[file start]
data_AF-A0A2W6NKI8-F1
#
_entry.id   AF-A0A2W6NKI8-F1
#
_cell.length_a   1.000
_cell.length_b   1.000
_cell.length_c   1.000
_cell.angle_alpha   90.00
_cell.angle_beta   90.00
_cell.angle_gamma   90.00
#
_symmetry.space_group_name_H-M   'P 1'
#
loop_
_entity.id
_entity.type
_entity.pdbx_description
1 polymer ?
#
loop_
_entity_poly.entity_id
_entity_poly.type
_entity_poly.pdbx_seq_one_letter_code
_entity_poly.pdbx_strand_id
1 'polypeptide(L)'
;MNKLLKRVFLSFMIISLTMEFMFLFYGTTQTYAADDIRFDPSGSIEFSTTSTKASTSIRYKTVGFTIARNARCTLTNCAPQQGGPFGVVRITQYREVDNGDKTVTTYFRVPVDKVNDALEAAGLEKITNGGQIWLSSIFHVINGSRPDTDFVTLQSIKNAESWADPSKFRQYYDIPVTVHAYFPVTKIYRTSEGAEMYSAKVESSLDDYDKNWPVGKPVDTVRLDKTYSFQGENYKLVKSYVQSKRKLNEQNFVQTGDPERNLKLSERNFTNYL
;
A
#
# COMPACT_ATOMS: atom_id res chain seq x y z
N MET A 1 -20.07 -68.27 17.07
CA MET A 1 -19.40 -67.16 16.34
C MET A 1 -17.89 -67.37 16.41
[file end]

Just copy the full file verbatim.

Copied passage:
data_AF-A0A2W6NKI8-F1
#
_entry.id   AF-A0A2W6NKI8-F1
#
_cell.length_a   1.000
_cell.length_b   1.000
_cell.length_c   1.000
_cell.angle_alpha   90.00
_cell.angle_beta   90.00
_cell.angle_gamma   90.00
#
_symmetry.space_group_name_H-M   'P 1'
#
loop_
_entity.id
_entity.type
_entity.pdbx_description
1 polymer ?
#
loop_
_entity_poly.entity_id
_entity_poly.type
_entity_poly.pdbx_seq_one_letter_code
_entity_poly.pdbx_strand_id
1 'polypeptide(L)'
;MNKLLKRVFLSFMIISLTMEFMFLFYGTTQTYAADDIRFDPSGSIEFSTTSTKASTSIRYKTVGFTIARNARCTLTNCAPQQGGPFGVVRITQYREVDNGDKTVTTYFRVPVDKVNDALEAAGLEKITNGGQIWLSSIFHVINGSRPDTDFVTLQSIKNAESWADPSKFRQYYDIPVTVHAYFPVTKIYRTSEGAEMYSAKVESSLDDYDKNWPVGKPVDTVRLDKTYSFQGENYKLVKSYVQSKRKLNEQNFVQTGDPERNLKLSERNFTNYL
;
A
#
# COMPACT_ATOMS: atom_id res chain seq x y z
N MET A 1 -20.07 -68.27 17.07
CA MET A 1 -19.40 -67.16 16.34
C MET A 1 -17.89 -67.37 16.41